The Sister is talking about right diligence. If we consider ourselves to be a practitioner in the Plum Village mindfulness tradition of Thich Nhat Hanh (TNH), we must cultivate right diligence in our daily lives, on a number of levels.

As the founder and program director of a weekly sangha, Be Here Now, since 2002, I have had the pleasure and fortune of being in continuous contact and relationship with many folks over our 16+ years of operation. One thing that has become clear to me is that the usage of the word diligence makes people shutter and scrunch their foreheads in mild to wild pangs of disapproval. Diligence is NOT sexy. If people are asking for suggestions or advice in relation to their practice and I use the word diligence at any point, the chances are good that they will mentally gloss right over that word and not allow it to penetrate and absorb. Or worse, they might just high-tail it to some other tradition or practice that doesn’t put emphasis on that quality all together.

As an aspiring Dharma-teacher-in-training, I am invested in finding creative approaches to such common obstacles and dilemmas. I am forever investigating for myself how to go about offering teachings in such a way that won’t send people off in an agitated huffy state of mind, body, and heartspace. Words matter. And I am interested in finding ways to talk about such things as diligence in modern ways and vernacular that maximizes approachability and minimizes the scare-factor.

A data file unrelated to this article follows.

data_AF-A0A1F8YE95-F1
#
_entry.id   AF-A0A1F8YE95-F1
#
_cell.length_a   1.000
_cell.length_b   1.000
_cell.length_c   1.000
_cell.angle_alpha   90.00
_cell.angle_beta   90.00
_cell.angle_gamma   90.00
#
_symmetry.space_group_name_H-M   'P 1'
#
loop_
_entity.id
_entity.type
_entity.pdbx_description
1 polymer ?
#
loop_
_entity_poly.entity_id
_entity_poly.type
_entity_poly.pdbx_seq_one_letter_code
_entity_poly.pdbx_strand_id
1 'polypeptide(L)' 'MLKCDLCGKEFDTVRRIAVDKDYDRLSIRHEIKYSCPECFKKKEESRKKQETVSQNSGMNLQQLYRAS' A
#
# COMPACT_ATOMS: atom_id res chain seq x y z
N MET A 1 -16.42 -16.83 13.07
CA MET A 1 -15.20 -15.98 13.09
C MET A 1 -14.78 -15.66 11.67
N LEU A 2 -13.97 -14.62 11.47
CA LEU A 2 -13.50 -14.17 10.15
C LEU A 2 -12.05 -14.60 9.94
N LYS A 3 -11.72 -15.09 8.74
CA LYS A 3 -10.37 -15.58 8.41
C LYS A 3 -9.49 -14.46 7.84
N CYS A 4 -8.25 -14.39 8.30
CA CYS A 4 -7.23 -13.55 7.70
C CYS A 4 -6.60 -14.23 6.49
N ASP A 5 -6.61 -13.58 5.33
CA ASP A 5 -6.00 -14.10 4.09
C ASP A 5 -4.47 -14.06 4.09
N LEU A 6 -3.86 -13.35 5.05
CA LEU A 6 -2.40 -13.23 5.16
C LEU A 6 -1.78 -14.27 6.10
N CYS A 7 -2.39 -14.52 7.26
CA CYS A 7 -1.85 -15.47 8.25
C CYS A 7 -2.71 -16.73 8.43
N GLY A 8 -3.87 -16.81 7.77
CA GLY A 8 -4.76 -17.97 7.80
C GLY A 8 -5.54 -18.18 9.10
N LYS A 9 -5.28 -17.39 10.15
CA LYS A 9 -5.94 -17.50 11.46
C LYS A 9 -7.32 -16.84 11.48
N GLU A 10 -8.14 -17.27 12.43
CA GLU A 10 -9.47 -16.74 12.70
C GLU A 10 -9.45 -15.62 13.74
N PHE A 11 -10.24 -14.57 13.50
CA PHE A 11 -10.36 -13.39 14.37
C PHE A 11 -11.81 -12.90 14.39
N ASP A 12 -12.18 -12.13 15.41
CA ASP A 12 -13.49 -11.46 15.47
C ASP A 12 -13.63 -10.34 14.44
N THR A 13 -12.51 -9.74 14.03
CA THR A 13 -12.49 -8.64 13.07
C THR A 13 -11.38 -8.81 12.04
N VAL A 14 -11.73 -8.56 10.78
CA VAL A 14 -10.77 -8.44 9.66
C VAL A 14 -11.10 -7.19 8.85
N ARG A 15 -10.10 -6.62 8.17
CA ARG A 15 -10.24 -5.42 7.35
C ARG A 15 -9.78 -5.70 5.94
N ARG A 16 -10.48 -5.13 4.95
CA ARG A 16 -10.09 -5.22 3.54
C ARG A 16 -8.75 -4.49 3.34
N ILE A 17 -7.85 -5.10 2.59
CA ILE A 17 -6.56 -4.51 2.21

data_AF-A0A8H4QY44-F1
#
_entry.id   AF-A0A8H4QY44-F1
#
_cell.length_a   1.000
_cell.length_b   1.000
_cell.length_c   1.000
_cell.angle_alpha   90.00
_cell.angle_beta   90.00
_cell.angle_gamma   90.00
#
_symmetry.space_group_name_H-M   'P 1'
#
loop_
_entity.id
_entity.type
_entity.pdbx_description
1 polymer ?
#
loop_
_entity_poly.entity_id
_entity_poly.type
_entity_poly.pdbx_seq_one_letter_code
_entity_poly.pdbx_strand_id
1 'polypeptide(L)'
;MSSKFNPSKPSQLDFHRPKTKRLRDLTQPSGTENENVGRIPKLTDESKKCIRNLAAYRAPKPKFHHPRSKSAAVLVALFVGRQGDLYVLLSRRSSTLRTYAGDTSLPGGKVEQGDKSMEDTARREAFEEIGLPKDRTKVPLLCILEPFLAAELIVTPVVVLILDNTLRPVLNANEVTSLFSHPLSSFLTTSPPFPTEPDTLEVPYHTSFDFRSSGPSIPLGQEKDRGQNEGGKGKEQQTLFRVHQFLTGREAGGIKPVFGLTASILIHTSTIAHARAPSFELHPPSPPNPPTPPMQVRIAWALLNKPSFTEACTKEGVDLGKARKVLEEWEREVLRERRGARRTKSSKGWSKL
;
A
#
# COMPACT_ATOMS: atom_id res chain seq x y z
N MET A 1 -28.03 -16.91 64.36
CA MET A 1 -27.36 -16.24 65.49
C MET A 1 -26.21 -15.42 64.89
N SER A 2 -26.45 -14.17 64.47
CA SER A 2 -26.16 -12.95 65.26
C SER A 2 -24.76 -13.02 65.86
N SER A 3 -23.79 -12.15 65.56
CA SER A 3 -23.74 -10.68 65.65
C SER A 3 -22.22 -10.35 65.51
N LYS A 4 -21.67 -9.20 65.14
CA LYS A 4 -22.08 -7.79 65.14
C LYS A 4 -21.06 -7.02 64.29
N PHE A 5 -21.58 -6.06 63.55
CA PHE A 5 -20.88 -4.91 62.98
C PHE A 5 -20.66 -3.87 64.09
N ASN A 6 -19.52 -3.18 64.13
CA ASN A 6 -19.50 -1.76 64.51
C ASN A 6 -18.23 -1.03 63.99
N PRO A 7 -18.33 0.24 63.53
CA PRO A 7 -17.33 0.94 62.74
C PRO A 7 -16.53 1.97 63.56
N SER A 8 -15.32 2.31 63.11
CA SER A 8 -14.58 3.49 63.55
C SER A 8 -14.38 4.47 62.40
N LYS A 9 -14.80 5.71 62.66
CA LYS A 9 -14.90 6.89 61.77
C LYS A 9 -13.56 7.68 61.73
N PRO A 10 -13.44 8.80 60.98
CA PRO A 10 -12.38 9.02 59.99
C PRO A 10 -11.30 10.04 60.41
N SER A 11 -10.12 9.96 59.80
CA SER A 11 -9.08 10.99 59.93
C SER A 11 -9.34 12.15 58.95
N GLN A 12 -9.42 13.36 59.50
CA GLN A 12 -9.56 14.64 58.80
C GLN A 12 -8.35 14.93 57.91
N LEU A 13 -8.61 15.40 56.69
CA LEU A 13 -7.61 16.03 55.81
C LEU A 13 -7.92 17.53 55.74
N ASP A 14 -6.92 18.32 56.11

As a student of Thay’s (aka TNH), I especially look to his teachings on this subject matter, to help inform me in the unfolding process of finding my own voice as a budding teacher:

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Practicing Ease

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This is a picture I took in Elliston, MT

Lately I’ve been cultivating a new practice skill – bringing joy and ease into situations when I’m really tired and worn out.  This isn’t an all together new practice for me but perhaps a better way to put it is that I’m delving into a deeper level of it.  The great thing about practicing anything is that with diligence you can find yourself discovering new levels and new insights that unfold as a result of the ongoing time you spend cultivating whatever it is you’re cultivating.  Whether it’s learning a new job, instrument, craft, hobby, sport, or mindfulness practice skill the more we practice the more we keep practicing and the more possibility there is for benefits to arise.